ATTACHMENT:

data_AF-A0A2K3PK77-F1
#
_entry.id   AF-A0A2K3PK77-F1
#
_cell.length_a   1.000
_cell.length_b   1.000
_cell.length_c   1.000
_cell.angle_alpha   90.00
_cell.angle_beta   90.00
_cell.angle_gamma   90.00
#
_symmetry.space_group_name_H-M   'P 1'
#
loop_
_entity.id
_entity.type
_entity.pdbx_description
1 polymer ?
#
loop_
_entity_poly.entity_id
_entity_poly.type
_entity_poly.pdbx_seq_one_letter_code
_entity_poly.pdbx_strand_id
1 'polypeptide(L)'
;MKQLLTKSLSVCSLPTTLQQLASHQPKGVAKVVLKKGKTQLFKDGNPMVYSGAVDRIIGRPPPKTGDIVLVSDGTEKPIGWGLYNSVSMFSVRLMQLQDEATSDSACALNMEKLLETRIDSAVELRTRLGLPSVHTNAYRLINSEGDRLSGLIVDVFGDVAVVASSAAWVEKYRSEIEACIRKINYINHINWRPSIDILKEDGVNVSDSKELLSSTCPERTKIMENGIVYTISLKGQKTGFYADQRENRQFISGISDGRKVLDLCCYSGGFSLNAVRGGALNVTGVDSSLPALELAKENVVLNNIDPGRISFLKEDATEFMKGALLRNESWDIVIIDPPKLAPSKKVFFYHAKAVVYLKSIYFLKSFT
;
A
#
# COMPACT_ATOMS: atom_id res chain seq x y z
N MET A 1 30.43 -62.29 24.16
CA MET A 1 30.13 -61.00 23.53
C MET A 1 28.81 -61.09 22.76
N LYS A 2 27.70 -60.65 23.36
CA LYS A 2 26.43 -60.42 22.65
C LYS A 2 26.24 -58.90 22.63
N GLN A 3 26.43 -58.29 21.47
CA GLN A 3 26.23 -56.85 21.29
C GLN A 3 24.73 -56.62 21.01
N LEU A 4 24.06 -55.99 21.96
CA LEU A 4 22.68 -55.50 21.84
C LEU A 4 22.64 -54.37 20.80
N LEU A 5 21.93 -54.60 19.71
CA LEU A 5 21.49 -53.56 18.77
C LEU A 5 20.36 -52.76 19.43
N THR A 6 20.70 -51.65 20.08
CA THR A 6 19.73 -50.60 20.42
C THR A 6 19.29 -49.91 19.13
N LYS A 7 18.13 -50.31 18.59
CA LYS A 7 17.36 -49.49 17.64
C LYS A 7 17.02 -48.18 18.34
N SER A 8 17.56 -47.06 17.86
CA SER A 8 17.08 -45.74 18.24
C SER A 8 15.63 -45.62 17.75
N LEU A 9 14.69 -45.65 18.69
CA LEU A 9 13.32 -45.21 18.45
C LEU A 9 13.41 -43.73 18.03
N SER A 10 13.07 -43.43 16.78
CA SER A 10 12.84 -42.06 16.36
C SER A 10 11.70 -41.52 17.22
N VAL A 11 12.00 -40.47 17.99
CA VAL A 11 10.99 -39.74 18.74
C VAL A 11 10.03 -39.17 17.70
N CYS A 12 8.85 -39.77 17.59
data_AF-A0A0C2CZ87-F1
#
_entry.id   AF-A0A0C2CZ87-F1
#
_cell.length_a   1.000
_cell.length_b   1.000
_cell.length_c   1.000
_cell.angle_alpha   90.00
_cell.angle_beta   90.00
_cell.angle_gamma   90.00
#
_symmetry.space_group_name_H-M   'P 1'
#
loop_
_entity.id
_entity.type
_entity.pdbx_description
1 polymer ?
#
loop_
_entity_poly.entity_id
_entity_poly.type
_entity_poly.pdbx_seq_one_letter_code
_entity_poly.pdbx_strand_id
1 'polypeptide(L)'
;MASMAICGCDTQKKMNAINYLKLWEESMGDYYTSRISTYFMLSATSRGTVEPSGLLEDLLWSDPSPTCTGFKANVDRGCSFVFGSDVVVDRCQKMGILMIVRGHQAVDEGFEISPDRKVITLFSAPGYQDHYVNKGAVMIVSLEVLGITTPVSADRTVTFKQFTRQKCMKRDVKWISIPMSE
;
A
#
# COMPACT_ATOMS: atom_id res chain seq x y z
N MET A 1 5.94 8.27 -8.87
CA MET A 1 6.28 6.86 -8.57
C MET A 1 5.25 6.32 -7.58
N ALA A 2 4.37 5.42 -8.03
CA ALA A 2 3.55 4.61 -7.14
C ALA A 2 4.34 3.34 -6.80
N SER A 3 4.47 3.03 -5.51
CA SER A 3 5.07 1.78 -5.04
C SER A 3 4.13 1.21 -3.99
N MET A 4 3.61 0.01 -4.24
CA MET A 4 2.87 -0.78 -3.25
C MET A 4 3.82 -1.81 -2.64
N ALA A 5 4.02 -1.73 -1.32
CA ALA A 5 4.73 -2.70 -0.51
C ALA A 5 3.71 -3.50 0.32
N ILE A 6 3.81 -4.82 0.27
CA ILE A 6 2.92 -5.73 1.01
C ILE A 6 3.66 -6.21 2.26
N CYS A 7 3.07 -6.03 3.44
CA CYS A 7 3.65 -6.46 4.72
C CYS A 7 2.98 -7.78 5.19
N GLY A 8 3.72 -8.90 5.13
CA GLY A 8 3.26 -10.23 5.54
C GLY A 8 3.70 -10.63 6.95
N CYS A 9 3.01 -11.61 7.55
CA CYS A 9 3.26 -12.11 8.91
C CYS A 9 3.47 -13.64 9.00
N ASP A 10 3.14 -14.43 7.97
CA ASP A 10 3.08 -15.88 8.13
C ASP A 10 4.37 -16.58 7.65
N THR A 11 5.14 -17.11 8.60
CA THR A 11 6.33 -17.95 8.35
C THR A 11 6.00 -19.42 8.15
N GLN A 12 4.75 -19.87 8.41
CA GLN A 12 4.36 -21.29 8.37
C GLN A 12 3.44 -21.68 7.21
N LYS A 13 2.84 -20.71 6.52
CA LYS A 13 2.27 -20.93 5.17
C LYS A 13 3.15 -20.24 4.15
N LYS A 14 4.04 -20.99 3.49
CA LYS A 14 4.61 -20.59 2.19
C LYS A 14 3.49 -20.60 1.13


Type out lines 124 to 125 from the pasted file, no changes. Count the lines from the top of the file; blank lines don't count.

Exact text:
C ASP A 10 4.37 -16.58 7.65
N THR A 11 5.14 -17.11 8.60